By Dave Kerpen
Last Sunday morning at 8:25 AM, I stood at Gate B5 in Memphis, Tennessee, tears streaming down my face as I watched my flight home to New York take off. I had been delayed by weather on a connecting flight from Nashville, and had arrived to the gate just two minutes after the doors had closed. So I watched the plane leave, standing there, knowing that I would be re-routed through Atlanta now, and instead of getting home before Noon, I wouldn’t be home until 5:00 PM. Realizing I would miss the entire weekend with my family, I was devastated.
I had begrudging accepted a business trip to Nashville despite the fact that it would take me out of town from a Wednesday through a Saturday. The trip was an opportunity to meet with an important business partner that I couldn’t pass up. So although weekends are typically sacred with my family, I decided to sacrifice Daddy-daughter Saturday morning dance class this time, rationalizing that I’d be home by Sunday morning.
But when I missed that flight, it meant I would be missing camp orientation too, and the entire weekend with my kids. I fell apart emotionally. I felt so disappointed in myself, so out of control. I felt like I had made a really bad decision to not be home for a weekend–felt like I was the worst dad in the world.
During the next seven hours of travel, I had a lot of time to reflect. I thought about my incredible day with the late, great Senator Frank Lautenberg, who taught me that my greatest legacy would be my children. I thought about the famous quotation from John Crudele: “How do children spell LOVE? T-I-M-E.”
I thought about my priorities.
It’s easy to get caught up in our hectic careers. It’s easy to become “busy” trying to advance up the ladder at work or build a successful company. It’s easy to check email, take that meeting, or attend that networking event. It’s all too easy to skip the family dinner in the name of helping to put dinner on the table.
Somehow, it’s more difficult at times to say “no” to our client or boss than it is to say “no” to our children. But as Senator Lautenberg taught me, your career highlights won’t be on your tombstone. Your kids’ names will be.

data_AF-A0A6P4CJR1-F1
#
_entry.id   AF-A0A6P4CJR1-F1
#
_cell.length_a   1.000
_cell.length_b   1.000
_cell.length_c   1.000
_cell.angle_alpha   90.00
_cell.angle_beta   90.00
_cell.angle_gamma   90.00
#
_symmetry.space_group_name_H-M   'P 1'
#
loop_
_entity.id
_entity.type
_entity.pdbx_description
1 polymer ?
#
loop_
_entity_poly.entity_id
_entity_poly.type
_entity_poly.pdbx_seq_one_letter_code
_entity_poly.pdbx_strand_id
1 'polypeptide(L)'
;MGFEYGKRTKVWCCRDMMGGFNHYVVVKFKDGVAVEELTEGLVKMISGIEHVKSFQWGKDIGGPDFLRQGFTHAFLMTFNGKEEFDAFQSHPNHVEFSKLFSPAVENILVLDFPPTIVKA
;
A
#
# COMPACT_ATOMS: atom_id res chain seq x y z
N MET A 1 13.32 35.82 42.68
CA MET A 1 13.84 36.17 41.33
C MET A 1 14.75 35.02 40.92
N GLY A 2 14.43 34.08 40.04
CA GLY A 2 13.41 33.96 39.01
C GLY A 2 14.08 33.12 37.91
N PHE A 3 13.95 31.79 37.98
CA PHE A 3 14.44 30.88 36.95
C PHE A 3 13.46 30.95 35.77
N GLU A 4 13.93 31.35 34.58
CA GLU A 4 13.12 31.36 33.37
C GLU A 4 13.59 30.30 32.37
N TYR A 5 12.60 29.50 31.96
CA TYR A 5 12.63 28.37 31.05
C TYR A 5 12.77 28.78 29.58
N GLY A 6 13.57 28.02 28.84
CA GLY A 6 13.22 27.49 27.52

You’ll never regret time with your kids. You’ll never say on your deathbed, “I wish I had worked more.”
I have a lot of career goals and dreams. I want to build meaningful companies that change the world. I want to one day run for public office. I want to teach, to speak, to invest, and to inspire. But I’m not willing to sacrifice weekends with my kids.
That’s my choice, and of course it’s your choice to pursue your career and your goals and dreams as vigorously as you’d like. But my hope is that you’ll find it a little bit easier to say no to that next weekend conference, evening networking event, or breakfast meeting. My hope is that you’ll find it easier to say yes to the kids. Just think about that eventual deathbed or tombstone, and how you’ll feel one day looking back.
By the way, while I was devastated to miss the whole weekend with my family, I’m proud to report that I canceled three evening work activities that week in order to spend that time with my daughters. The week culminated in an excellent game of RISK, pictured above. And the only world I needed to take over was two little girls’ world.
A version of this post originally appeared on LinkedIn. For more of Dave’s influencer posts, check out his LinkedIn Influencer page.